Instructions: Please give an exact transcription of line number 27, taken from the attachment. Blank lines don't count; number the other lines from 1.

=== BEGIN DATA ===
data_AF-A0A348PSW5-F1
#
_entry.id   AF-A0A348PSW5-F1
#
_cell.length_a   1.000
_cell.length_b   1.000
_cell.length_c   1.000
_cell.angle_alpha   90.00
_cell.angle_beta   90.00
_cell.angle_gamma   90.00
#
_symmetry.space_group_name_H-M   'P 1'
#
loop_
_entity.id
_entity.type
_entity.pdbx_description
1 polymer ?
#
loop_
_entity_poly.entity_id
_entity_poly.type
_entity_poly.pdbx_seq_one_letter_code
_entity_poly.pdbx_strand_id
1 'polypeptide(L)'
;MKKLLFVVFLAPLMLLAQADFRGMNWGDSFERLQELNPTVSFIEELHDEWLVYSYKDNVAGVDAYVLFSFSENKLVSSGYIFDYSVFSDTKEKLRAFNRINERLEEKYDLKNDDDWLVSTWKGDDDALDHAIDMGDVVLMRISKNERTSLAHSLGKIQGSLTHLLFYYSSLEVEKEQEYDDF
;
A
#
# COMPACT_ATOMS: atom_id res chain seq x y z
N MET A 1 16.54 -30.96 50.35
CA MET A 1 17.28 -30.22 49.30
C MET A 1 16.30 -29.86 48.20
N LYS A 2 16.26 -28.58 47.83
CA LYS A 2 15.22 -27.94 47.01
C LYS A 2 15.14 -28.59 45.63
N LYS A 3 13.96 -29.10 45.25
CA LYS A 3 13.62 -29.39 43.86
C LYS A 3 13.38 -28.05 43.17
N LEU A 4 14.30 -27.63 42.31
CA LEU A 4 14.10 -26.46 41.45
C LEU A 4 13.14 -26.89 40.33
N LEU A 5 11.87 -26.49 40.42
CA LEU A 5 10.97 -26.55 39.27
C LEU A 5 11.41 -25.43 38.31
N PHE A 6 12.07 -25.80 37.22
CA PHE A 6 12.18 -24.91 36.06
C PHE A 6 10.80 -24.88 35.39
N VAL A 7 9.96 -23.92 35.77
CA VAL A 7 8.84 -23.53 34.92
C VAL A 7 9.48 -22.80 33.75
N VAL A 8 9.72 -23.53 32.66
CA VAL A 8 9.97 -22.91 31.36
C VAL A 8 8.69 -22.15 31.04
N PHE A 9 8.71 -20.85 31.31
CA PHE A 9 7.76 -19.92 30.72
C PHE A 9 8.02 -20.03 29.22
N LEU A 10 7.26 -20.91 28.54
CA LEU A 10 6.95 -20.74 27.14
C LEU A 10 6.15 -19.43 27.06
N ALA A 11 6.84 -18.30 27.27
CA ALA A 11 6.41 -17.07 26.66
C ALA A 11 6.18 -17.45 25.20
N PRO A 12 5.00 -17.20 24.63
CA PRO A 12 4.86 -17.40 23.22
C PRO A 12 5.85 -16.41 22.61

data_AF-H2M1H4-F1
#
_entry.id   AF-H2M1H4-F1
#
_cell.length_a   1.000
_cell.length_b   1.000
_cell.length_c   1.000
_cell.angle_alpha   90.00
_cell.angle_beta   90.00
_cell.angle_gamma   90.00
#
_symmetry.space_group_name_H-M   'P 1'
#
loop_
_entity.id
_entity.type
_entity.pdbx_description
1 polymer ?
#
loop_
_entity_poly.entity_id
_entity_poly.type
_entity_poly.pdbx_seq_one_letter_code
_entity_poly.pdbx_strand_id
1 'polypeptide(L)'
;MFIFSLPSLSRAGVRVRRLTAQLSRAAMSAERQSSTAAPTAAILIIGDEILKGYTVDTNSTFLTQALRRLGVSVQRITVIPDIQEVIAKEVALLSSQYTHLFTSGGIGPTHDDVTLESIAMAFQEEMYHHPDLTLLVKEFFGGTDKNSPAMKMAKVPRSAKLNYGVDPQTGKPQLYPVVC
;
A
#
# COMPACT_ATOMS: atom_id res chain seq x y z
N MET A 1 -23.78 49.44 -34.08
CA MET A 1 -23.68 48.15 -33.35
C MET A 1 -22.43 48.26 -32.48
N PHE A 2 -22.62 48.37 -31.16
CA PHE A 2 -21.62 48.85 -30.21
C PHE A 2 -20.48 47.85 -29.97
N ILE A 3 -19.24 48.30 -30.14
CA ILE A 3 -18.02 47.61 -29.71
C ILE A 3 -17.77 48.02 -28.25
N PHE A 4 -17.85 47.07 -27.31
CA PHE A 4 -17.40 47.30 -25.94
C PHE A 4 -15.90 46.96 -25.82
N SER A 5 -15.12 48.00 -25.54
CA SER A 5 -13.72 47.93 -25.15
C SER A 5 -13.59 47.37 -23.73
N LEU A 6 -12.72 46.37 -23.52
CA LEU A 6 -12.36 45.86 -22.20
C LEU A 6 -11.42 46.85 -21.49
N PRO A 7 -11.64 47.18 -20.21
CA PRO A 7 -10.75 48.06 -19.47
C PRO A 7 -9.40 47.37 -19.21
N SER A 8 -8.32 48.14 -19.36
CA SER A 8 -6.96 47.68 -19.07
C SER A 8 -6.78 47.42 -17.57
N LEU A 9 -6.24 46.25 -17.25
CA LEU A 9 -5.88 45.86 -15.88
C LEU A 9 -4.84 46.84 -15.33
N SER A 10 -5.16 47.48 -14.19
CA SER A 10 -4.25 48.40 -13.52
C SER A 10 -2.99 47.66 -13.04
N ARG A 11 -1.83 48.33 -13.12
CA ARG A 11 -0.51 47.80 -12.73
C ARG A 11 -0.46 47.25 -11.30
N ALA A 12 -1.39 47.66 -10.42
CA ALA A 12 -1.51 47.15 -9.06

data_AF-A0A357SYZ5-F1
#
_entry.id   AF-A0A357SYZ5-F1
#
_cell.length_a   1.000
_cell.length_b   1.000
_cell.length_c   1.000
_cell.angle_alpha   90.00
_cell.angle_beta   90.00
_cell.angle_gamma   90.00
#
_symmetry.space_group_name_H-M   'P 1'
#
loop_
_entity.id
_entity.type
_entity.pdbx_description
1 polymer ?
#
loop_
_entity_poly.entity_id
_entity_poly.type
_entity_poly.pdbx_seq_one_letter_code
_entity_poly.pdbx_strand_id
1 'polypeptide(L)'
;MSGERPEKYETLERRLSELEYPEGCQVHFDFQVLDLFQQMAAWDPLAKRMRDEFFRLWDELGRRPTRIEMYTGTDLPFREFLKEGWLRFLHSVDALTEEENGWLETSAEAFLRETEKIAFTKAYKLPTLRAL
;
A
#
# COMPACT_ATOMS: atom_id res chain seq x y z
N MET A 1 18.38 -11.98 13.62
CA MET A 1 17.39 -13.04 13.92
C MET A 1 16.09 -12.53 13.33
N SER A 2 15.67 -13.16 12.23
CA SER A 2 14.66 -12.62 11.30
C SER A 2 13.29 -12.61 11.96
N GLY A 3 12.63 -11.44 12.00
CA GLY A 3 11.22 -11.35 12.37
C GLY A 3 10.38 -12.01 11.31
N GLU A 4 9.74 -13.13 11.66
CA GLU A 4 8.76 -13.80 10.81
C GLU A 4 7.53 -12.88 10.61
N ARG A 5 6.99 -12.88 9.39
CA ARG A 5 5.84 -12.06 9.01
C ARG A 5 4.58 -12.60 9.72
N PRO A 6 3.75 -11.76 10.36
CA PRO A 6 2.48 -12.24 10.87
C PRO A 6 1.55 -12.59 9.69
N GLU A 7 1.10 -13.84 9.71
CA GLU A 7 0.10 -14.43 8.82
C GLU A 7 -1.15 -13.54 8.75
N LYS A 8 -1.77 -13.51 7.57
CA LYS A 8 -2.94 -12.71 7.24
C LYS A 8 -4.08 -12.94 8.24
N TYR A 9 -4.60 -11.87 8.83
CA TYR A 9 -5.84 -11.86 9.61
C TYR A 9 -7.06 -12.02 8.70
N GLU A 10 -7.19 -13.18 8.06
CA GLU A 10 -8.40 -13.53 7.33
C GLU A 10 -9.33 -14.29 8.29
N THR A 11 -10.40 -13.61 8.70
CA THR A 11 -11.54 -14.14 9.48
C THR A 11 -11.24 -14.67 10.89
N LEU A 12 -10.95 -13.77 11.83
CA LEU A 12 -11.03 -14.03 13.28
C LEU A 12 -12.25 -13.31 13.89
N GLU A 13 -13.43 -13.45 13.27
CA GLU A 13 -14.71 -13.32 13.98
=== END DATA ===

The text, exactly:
;